…. because posting about pellet guns is not remotely as depressing as posting about politics…
So…. some thoughts on accuracy.
I am probably crazy when it comes to accuracy. My expectations are probably totally out of whack with reality. Especially when you consider all the variables that go into shooting a pellet 30 yards or more downfield.
How accurate is “good enough?” Well, for most purposes “good enough” accuracy is defined as “1 inch groups”. That’s because the “kill spot” on most small game animals is about the size of a 1″ diameter circle. Even larger game sometimes have small kill spots too, and obviously more accurate is always better than less accurate. “Aim small, miss small” is a maxim in shooting that has been true since people first started launching sticks into the air with atlatls.
Some people aren’t happy with 1″ groups though. Particularly at close distances like ten meters (which is an Olympic sport, btw… the US has a 10m pellet gun team competing in London this month). Serious shooters expect to have groups well below 1/4″ at ten meters.
Obviously that’s not much room for error, considering the following:
1. Pellets are rarely uniform. Even the best commercially available pellets are produced through the use of multiple pellet molds, and as such, even if each batch was molded and de-molded perfectly, there would be differences in weight and size just due to the differences in the different molds. Add in the tendency for cast metal to have flashing, bubbles and other defects and it’s amazing that there is any consistency at all. It is not uncommon for the weights of commercial grade pellets to vary by as much as 10%, and the same is true for size.
2. Air pressure is rarely consistent. This is actually a big problem. PCP guns tend to operate at 2,000 – 3,000 psi air pressure. Air reservoirs are not highly sophisticated devices. In fact they are generally nothing but a bottle with a valve on top. The valve is held closed by a spring. When you want to put air into the bottle, you push down on the valve to open the airway and then force air into the bottle until it’s full and then you allow the valve to close. To get air out of the bottle you do the same thing. (Some bottles actually have an input and an output valve, but those are more expensive bottles). So the way this works is that you “tap” the valve to open it for a split second, which allows a burst of air to come out before the spring slams the valve shut again. The way most guns do this is with a “hammer” which slams against the valve. The hammer is cocked by compressing a spring and when you pull the trigger the spring is released, the hammer flies down a tube and smacks the valve, the air is released and flows into the breech where it then propels the pellet down the barrel. How much air is released, and how fast, is determined by the speed and weight of the hammer, the distance the valve has to travel, the air pressure inside the tank and the size of the airway in the valve. Each time you hit the tank the air pressure is reduced. Most guns get about 15 to 20 shots before the air pressure in the tank is reduced to the point that accuracy suffers and you have to “top it off” again. One reason I got the AirForce gun is that they use a massive air reservoir which allows for many more shots in the “sweet spot” before you have to pump more air into the tank.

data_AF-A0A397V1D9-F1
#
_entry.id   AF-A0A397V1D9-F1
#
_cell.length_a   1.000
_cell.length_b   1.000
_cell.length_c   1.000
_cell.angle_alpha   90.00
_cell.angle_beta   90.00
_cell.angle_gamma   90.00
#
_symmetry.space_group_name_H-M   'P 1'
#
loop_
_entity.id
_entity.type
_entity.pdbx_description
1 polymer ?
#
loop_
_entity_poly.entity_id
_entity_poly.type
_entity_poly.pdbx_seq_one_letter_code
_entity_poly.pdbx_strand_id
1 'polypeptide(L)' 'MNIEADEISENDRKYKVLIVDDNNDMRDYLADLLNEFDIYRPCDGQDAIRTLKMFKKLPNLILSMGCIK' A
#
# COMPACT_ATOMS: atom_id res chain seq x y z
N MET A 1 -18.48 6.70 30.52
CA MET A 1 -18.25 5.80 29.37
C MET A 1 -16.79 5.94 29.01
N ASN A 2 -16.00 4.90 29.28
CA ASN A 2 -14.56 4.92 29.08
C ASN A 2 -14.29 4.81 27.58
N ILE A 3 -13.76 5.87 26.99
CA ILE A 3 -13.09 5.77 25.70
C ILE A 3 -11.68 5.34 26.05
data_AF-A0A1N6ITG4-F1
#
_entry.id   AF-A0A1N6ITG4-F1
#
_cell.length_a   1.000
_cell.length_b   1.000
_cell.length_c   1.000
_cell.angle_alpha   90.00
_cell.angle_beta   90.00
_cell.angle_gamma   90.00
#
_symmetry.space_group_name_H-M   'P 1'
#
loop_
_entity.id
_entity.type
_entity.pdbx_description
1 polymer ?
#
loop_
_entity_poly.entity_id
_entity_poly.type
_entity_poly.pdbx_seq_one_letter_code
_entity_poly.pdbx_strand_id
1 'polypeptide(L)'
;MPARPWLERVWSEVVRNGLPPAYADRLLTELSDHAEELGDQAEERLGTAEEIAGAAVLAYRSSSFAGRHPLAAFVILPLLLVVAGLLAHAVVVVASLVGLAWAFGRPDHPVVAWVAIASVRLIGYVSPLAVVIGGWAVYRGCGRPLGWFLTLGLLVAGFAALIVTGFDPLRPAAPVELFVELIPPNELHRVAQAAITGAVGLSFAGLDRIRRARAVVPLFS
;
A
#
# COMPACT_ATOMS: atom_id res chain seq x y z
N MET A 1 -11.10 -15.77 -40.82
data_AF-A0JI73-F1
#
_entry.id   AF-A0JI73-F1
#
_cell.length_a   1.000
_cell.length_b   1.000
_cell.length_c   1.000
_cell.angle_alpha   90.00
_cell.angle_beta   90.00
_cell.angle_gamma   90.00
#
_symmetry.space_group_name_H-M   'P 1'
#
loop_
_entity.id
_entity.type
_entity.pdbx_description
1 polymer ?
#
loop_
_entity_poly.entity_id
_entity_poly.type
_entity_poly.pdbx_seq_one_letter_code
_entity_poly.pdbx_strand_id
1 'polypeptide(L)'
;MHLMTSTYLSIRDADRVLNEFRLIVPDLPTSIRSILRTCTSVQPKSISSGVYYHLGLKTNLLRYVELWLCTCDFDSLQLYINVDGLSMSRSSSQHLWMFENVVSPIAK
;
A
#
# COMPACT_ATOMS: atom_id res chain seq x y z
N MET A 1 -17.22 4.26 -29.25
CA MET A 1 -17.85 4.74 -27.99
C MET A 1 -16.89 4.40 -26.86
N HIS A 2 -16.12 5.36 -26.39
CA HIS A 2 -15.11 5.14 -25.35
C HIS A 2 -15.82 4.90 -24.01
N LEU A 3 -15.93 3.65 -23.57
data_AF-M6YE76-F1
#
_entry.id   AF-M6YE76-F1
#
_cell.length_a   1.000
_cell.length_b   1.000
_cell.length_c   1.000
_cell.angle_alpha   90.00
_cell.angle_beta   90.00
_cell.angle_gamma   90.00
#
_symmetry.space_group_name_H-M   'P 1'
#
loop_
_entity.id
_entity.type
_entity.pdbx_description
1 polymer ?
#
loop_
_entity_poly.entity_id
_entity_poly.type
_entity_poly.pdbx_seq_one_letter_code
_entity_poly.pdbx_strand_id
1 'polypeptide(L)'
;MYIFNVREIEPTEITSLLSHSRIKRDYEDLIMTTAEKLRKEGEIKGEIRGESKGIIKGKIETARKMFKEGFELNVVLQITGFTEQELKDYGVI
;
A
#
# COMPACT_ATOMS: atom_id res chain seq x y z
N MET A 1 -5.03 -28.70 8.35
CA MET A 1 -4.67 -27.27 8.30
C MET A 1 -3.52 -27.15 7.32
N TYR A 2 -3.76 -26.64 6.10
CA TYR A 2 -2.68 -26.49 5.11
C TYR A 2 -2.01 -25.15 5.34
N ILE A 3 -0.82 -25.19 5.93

3. All of the things that normal guns have to deal with come into play as well. How is the scope mounted? Is the barrel straight? (No barrel is actually straight, in fact determining the direction of barrel bend is part of the job of gun builders.) The trick is to have the barrel’s bend be in line with the scope or barrel sights. Gun barrels are graded the same way fishing rods are, their natural “bend” is marked and the barrel is mounted on the gun with the natural bend set so that the projectile won’t “drift” when fired. Other things that come into play are torque, vibration, flexture, etc…
So… considering all of this, how the heck can you shoot accurately?
Well, all of the things in #3 are well known and have solutions that have been in place for firearms for hundreds of years now. So that leaves items #1 and #2.
For #1 serious shooters grade and separate their pellets by weight and size. Yes, they do. Seriously. They use digital scales to weigh each pellet and they use different techniques to separate according to size. Then they put the graded pellets in tins with the weight and size marked on them. Plus they clean the pellets, removing all flash, discarding all malformed or incomplete pellets and they even wash them and in some cases lubricate them. (Some shooters believe lubricated pellets gain up to 10% more velocity than un-lubricated pellets).
For #2 the only real solution is what is called a “regulator.” Yes, that’s the same thing that scuba tanks use, and it serves the same purpose. A regulator changes the outgoing pressure of a tank from whatever the internal pressure is to a consistent pressure. Usually the regulators in use are set to 2,600 psi or something like that. A good regulator will allow the gun to have nearly identical air pressure and air volume shot after shot until the internal pressure drops below what the regulator is set at.
Regulators ain’t cheap. A decent one can cost well over $200. But serious shooters use them. Most shooters who use regulators also use 4,500 psi tanks, which are usually carbon-fiber and very costly, but they provide a lot more shots.
Really, REALLY serious shooters use what is called a “tethered” system. Instead of using a portable air reservoir bottle, they have a huge scuba tank and a regulator and run a long tube from the scuba tank to the gun. This allows thousands of shots at the same pressure before the scuba tank needs to be refilled.
So… am I gonna grade my pellets? Am I gonna buy a regulator?
Dunno. Let me see how the gun works first. But if I ever get really serious about this… mebbe so.